NetLogo Lesson Plan 1
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NetLogo 1



Lesson Abstract

This lesson plan provides an introduction into scientific modeling, using Netlogo.

One will gain a basic understanding of NetLogo, and will be introduced to agent behaviors and emergent properties.

Standards Addressed



  • Define agent modeling.
  • Explore a working model to help sudents see how agent modeling is used.
  • Modify an existing model to see how different pieces affect the functionality of the model.
  • Build a simple model piece-by-piece using a pseudo-code approach which involves writing behaviors in comments before using code.

Key Terms


Prerequisite Knowledge

Basic familiarity with computers (user interfaces). No programming experience required for students.

Good coding organization will be an advantage.

Teacher Preparation

Should be comfortable with basic NetLogo commands/coding(such as ca, crt, etc). For teachers who have not used NetLogo before, it would be a good idea to build a few models before teaching this class. Also the models library in Netlogo is a good resource to parse through and familiarize oneself with the code.


Required MaterialsMediaEquipment

  • Whiteboard and markers.
  • 1 computer for each pair of students.
  • Notebooks and pens for each student.

  • NetLogo must be on each computer to be used for the class.

  • Computer and a projector for the instructor.


No physical safety issues.

But Netlogo might use excessive virtual memory, depending on computer, causing the program, and the rest of the computer, to run slow.

Presentation Outline


5 minutes

What is a Scientific Model?

  • Representation of a natural occurrence utilizing prior knowledge

Examples of scientific models (ask for ideas):

  • Weather models
  • Virtual Product testing (car crashes etc)
  • Environmental models (wildfire spread, etc)
  • Traffic Models

What can we use a scientific model for?

  • Testing Hypotheses
  • Analysis of Scenarios
  • Drawing Conclusions to certain problems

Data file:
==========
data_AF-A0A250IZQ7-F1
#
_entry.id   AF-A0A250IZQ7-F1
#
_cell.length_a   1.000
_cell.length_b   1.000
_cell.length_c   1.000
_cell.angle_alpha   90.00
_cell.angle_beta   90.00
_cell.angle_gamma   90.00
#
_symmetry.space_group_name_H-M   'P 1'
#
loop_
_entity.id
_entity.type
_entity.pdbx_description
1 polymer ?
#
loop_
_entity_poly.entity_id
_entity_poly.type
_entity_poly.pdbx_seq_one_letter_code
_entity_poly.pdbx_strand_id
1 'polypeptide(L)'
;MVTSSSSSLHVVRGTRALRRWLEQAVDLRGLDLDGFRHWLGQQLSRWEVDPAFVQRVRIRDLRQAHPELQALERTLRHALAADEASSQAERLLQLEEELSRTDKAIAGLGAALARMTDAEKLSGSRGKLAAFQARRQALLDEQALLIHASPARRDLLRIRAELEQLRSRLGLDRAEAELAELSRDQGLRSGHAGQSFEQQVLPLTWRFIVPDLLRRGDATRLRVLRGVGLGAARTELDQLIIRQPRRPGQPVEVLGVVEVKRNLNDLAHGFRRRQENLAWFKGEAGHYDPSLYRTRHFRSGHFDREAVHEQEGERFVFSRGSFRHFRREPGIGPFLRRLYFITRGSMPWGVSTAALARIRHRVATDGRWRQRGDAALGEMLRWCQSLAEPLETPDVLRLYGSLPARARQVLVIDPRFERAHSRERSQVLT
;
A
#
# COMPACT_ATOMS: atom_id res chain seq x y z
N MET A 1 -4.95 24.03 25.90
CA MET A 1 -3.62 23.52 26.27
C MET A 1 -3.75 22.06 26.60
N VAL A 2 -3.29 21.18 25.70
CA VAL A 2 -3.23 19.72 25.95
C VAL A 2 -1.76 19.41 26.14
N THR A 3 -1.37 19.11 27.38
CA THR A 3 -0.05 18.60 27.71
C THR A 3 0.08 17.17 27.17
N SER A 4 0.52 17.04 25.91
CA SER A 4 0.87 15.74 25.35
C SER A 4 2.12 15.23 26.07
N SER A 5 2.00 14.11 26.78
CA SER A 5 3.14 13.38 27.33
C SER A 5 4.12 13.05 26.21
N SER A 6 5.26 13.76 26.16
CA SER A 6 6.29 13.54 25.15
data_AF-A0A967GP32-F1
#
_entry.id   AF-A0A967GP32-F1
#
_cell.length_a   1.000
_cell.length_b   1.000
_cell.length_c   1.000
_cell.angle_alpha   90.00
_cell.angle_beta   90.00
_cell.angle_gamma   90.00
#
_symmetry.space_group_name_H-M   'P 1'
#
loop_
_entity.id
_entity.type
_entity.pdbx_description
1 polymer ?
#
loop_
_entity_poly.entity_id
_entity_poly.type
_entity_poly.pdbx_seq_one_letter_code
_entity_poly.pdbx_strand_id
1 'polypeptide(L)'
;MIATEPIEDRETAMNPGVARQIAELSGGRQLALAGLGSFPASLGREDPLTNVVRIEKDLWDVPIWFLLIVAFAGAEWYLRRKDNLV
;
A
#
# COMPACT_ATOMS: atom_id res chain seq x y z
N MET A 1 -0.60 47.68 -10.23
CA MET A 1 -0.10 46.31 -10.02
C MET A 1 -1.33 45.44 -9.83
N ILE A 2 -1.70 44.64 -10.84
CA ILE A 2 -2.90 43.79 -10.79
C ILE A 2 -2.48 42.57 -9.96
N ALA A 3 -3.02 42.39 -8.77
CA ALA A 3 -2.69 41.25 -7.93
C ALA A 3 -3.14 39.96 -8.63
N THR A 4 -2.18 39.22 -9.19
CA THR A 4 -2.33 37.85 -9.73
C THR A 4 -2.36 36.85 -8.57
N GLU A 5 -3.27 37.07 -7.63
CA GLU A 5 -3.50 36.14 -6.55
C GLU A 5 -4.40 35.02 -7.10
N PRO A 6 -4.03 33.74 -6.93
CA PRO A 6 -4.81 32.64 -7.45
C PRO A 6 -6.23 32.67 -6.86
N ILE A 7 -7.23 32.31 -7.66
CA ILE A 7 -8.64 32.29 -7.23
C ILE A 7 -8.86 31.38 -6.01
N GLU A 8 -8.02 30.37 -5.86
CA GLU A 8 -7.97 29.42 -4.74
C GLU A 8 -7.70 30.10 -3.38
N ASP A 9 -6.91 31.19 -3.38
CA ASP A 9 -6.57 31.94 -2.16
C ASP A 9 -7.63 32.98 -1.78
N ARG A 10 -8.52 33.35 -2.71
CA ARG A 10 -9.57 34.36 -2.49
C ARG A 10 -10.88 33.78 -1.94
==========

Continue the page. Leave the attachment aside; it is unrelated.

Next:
• Investigating happennings that are difficult to observe in real life

Agent Modeling

  • Individual behaviors -> Emergent properties
  • "Agents" have particular behavior
  • The resulting system has observable properties.


15 minutes

Open Rabbit-Grass-Weeds Model

Introduce students to NetLogo interface

  • Tabs: Interface, Information, Procedure
  • Buttons: ("forever" versus "one-time")
  • Sliders: Initial and dynamic values
  • Switches
  • Monitors
  • Plots

Elements of the model

  • Turtles = agents
  • Patches = background (actually a kind of agent that can't move...)

Run the model and make observations

  • Individual behaviors?
    • Eat grass
    • Reproduce
    • Move
    • Die (as a result of starving)
  • Emergent properties?
    • More grass -> More rabbits
    • More rabbits -> Less grass
    • Less grass -> Less rabbits
    • Less rabbits -> More grass
    • It's a cycle! (Point out graph)
  • What does it mean?
    • Predator / Prey (or herbivore / vegetation) levels fluctuate in a cycle (could show hare/lynx graph online)
  • What factors produce more rabbits?
    • Lower Birth Threshold (more fluctuation)
    • Higher Grass Energy
    • Higher Grass-Grow-Rate

Make changes to the model

  • What happens when we hit the "setup" button?
  • Go to the procedures tab and find "to setup"
    • Each procedure is a set of instructions telling the computer how to do something
  • Introduce commenting - it's like turning code off (putting ;; before a line of code to turn it off, or putting it at the end of the line to still execute the command but also put in a note about the code)
  • Comment out or change different lines of code and observe changes (do only one comment at a time)
    • set color white (change color)
    • setxy random-xcor random-ycor (random positions)
    • set-default-shape of the rabbits to "cow" (change shape)
    • Tools->Shapes Editor for shape names

Computational Modeling

30 minutes

Introduce a color changing model (5 min)

  • When two turtles meet, one of them will become the color of the other. Eventually, all the turtles will be the same color. This represents the spread of a fad or, in a more scientific approach, genetic traits leading to evolution.
  • What will a turtle have to do?
    • Be created
    • Move
    • Change colors
    • Know if another turtle is nearby, and how to respond
  • Write the steps in your notebook
  • Write kids' ideas on the board

Build the model we worked on (20 min)

  • What procedures do we need?
  • Write these steps as comments first, then fill in the commands.
    • setup
      • Clear all
      • Create 100 turtles
      • Position turtles (remember what happened in the rabbit model?)
  • go
    • Move turtles
    • Change turtle color
  • move
    • Rotate turtles
    • Move forward one step
  • Change-color
    • Any turtles around me?
    • Set my color to the color of one of my neighbors

Follow Up

Could have a longer class or a second class where the students build on their original model and add more behaviors.

Diffused background:

ask patches [

set pcolor sky + random 30 - 14


diffuse pcolor 1

Alternate Outline

If there are no student computers, the class can make observations and give input to sample models that the teacher displays on the projector.

Other interesting models to explore:

  • Wolves and Sheep
  • Flocking